No one contemplated defeat. They imagined that despite a few losses, and none of them expected many or that they would be one of them, by nightfall of 7 August, the war would just about be over. It was, but not for the Turks.

Cheers

Bill

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For further info on the Nek.

Major William “Lauchie” McGrath's collection which has just recently come to light, has provided documents including the Gallipoli lists of KIA and Wounded that were posted, letters from soldiers who participated, the 8th Light Horse History, as well as a War Diary, which was unseen until now. The History and documents have proved another invaluable research source into Gallipoli.

Members may remember the Turkish letter posted some time ago, that was also from this collection. As well, there is note book from his Officer Training and another note book that lists all the things a soldier needs to know.

Lauchie began his collection while still in the desert, as there are documents that are original copies. He also started the History before the end of the war, as in drawing up the title page, it has included in it, 1914 to 19___, a sign that they did not have any idea when it would end. He was a meticulous record keeper and because of that we now have an insight into aspects of the Light Horse.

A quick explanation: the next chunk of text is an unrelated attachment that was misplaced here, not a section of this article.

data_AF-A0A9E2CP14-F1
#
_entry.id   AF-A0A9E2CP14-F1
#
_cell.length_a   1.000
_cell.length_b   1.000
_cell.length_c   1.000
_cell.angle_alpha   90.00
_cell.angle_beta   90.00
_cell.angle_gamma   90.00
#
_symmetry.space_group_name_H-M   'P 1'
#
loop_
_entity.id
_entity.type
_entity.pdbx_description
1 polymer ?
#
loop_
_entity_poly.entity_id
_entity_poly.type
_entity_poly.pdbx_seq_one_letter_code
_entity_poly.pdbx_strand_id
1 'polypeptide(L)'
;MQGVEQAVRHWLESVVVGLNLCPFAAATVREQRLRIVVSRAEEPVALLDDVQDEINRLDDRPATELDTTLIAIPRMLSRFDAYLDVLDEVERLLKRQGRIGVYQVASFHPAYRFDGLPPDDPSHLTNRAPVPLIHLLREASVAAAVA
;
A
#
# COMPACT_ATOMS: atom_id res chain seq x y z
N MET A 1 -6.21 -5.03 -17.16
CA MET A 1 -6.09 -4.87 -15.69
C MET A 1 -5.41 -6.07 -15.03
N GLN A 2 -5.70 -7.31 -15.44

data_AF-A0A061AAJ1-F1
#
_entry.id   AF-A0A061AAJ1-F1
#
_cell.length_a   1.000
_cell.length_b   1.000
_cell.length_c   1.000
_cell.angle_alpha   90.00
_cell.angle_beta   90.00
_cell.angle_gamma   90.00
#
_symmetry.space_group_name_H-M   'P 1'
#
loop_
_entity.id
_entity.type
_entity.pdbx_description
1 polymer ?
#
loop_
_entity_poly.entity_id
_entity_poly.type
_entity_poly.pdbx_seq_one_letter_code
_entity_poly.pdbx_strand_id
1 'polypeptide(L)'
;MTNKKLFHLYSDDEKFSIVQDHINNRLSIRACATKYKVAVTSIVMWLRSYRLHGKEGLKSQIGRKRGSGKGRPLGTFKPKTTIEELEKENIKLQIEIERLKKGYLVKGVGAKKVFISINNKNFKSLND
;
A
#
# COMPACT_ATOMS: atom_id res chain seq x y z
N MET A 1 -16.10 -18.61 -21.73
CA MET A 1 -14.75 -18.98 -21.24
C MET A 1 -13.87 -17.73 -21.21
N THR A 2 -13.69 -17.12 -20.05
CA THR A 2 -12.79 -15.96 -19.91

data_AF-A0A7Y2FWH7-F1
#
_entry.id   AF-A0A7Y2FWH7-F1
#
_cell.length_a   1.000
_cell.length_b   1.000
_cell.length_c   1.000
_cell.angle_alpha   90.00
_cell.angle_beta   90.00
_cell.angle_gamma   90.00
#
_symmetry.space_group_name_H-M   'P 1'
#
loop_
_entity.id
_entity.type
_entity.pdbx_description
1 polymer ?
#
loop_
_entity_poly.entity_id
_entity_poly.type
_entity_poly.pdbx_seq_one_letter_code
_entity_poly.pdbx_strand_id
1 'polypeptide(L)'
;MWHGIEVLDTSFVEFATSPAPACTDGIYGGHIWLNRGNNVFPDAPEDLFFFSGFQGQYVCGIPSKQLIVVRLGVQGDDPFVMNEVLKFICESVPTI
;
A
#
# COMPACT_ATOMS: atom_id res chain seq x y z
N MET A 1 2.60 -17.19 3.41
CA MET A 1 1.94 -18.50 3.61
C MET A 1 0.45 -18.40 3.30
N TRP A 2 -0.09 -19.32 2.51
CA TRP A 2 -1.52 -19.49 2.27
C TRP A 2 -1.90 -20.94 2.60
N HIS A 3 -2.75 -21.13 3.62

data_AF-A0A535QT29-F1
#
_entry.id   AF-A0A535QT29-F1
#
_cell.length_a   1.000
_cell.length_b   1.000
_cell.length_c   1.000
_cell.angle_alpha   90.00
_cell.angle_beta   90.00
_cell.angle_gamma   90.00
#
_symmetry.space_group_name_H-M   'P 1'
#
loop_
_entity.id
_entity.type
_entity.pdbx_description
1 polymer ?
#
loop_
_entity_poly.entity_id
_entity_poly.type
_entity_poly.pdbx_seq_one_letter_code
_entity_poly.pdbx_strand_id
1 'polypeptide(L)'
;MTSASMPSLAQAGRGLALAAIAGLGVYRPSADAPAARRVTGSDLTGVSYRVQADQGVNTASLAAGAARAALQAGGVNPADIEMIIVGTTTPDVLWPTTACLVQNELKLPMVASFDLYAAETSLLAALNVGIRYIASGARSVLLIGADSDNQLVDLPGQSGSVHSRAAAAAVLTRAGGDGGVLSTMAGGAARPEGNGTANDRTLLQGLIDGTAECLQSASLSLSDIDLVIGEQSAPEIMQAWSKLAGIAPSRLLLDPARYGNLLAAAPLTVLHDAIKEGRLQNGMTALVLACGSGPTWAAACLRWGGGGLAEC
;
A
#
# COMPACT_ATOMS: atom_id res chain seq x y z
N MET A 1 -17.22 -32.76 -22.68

I have the permission of Lauchie’s Granddaughter to eventually put it all onto CD, so that others may share in the information.

The following information is the work of Jeff Pickerd, whose interest and subsequent in-depth research of the 8th, was born out of finding out about his Grandfather, Sgt George William Fuzzard No. 50. "D" Troop, "A" Sqdn, 8th LHR. who was WIA going out in the second line from Sap No. 5.

His troop was under the command of Lt Tommy Howard who was killed in the charge and his body never recovered.

Service Profile of

Major William “Lauchie” Mcgrath M.C.

Born at Taradale, Victoria.

Enlisted 23-9-1914. Age 27, Occupation given as Clerk. Married. Address given as South Melbourne, Victoria. Rifle Club Member.